By Mike Ivaska
“Enter by the narrow gate. For the gate is wide and the way is easy that leads to destruction, and those who enter by it are many. For the gate is narrow and the way is hard that leads to life, and those who find it are few.” – Matthew 7:13-14
“And there is salvation in no one else, for there is no other name under heaven given among men by which we must be saved.” – Acts 4:12
“Jesus said to him, ‘I am the way, and the truth, and the life. No one comes to the Father except through me.’” – John 14:6
This last week’s sermon covered a difficult subject: Why does God not save everyone? When it came to our Tuesday night Supper and Study group, I did my best to facilitate the discussion and let people be as open and honest as they could be. Sometimes it can be a scary job facilitating these kinds of topics. It would be easy to just throw down the “right answer” and move on, ignoring the questions, confusion, and feelings of people who’ve perhaps never really wrestled with questions like this. It would also be easy, but incredibly unfaithful to the gospel, to not point people towards real answers. I won’t venture to judge how well I did. But our discussion at Study last night has inspired me to lay out what I think are some important points to remember…
1. Humanity’s universal predicament
The point of Romans 1:18-32, which both the sermon and the Supper and Study groups this week have touched on, is that God’s wrath is his response to human evil. And the root of this evil is the refusal to honor God and thank him for our lives (see verse 21 in particular).
The Bible never treats the existence of God as a doubtful issue that needs to be proven. And in this passage in Romans, the apostle Paul tells us that “what can be known about God is plain [to people], because God has shown it to them” by means of the creation. Humanity’s folly is to see the good things God has made, and instead of turning to God and thanking him, they live for and worship (and even fear) the things themselves. And because we become like what we worship, humanity’s universal bent towards idolatry leads to a universal distortion in our humanity. From what we do with our minds to what we do with our bodies, everything becomes corrupted when we stop worshiping God.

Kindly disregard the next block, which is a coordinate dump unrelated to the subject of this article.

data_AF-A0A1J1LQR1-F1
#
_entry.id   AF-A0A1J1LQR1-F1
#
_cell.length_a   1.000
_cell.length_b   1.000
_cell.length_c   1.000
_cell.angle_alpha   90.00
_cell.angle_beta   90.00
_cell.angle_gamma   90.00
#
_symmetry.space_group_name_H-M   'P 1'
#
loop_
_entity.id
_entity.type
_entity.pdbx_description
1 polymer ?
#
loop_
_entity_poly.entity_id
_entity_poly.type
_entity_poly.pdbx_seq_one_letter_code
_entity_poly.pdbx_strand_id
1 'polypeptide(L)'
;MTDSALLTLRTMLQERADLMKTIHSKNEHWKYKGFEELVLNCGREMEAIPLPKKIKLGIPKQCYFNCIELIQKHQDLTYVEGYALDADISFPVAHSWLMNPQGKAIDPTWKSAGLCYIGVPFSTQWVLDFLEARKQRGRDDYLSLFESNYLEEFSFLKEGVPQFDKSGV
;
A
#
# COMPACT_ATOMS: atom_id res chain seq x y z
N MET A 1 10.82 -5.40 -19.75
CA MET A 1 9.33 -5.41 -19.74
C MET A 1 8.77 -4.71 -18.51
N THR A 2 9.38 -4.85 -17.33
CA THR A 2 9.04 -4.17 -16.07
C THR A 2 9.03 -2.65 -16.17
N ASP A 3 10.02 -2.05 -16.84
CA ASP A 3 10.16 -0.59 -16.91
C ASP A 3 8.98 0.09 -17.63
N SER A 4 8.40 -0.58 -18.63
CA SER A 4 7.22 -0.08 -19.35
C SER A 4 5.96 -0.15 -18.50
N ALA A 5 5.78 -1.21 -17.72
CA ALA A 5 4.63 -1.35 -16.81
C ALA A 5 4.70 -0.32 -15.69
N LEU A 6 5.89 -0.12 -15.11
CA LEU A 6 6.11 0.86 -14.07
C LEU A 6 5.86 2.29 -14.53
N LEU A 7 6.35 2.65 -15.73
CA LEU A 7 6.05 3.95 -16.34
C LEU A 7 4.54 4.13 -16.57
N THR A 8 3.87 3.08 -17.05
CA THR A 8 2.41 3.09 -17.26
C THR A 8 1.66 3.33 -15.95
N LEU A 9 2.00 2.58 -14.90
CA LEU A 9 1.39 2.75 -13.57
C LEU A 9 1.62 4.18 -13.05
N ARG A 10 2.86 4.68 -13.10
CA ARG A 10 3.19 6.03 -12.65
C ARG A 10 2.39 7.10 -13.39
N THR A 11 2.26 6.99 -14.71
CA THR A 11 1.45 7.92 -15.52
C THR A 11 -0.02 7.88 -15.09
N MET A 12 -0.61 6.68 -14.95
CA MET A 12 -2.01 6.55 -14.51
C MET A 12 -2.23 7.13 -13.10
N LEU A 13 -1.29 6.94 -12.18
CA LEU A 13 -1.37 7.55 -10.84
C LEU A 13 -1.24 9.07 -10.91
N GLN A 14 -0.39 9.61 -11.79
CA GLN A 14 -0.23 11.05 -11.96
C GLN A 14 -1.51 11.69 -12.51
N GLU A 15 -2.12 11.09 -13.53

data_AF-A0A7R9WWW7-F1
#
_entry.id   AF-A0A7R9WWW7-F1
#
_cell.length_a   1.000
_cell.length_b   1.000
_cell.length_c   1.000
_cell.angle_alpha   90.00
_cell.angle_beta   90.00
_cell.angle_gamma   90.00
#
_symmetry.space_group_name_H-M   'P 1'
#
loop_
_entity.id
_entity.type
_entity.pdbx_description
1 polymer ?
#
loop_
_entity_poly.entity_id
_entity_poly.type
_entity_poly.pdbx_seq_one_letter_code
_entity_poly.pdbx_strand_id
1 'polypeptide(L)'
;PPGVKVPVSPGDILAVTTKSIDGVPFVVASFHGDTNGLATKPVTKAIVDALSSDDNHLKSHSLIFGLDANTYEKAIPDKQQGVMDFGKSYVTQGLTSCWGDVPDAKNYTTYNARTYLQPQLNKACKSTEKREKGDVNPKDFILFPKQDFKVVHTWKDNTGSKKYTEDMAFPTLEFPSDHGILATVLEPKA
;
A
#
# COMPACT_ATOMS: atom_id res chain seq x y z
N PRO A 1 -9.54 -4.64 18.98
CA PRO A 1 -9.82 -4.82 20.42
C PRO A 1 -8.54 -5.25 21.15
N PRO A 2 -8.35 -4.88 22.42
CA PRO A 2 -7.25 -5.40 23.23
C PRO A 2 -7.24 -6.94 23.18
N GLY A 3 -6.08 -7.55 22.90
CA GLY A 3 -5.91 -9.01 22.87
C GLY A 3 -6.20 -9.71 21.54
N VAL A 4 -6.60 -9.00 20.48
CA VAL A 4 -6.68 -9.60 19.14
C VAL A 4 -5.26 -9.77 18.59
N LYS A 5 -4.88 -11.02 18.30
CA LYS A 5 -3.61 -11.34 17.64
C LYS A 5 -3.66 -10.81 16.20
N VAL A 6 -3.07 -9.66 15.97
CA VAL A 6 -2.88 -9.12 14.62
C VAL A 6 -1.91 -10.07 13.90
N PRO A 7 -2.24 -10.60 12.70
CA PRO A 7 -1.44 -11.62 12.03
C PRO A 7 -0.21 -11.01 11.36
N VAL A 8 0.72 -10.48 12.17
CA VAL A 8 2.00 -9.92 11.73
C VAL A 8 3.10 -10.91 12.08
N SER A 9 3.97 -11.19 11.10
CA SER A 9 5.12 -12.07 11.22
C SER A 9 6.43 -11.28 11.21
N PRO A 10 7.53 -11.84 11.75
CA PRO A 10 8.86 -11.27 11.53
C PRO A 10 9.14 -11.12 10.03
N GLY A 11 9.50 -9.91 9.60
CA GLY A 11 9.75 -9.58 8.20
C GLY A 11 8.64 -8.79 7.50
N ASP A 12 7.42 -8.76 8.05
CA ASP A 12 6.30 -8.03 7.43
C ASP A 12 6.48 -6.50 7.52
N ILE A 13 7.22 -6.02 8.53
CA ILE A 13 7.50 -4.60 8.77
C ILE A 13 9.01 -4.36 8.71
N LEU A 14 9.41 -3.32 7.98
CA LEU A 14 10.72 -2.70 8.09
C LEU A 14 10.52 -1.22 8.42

2. God’s perfect solution
The Bible is also clear that God has provided a solution to this universal problem. When humanity walked away from God and became more and more corrupt, God declared that this would not be the last word in the story. In the person of Jesus, God came after us. He taught us about our heavenly Father. He showed us the true intent of God’s commandments. He also revealed to us just how godless we had become. And then he dealt with the mess we have made once and for all at the cross.
The relationship between God and humanity had been destroyed from our side, and none of us were willing or able to fix it. The covenant had been broken. But by becoming man in the person of his Son Jesus, God upheld both sides of the covenant. Where we disobeyed, Jesus obeyed. Where we worshiped our wallets, our stomachs, or our egos, Jesus worshiped the Father. But Jesus did not just obey in our place. He identified himself with us as sinners. He allowed himself to be baptized, though he had no sins from which he needed cleansing. As the apostle Paul says elsewhere, Jesus became sin for us (2 Corinthians 5:21). He obeyed in our place, and he also suffered the wrath of God in our place. He suffered as man. But he also suffered as God. In Jesus Christ, God himself became the solution to mankind’s alienation from God. If God himself has provided the solution, no other solution is needed. If God himself provided such a costly solution as the death of his Son, clearly there was no other solution that would work. Jesus himself is the answer to the problem of human evil. Jesus is our salvation.
3. Who then will be saved?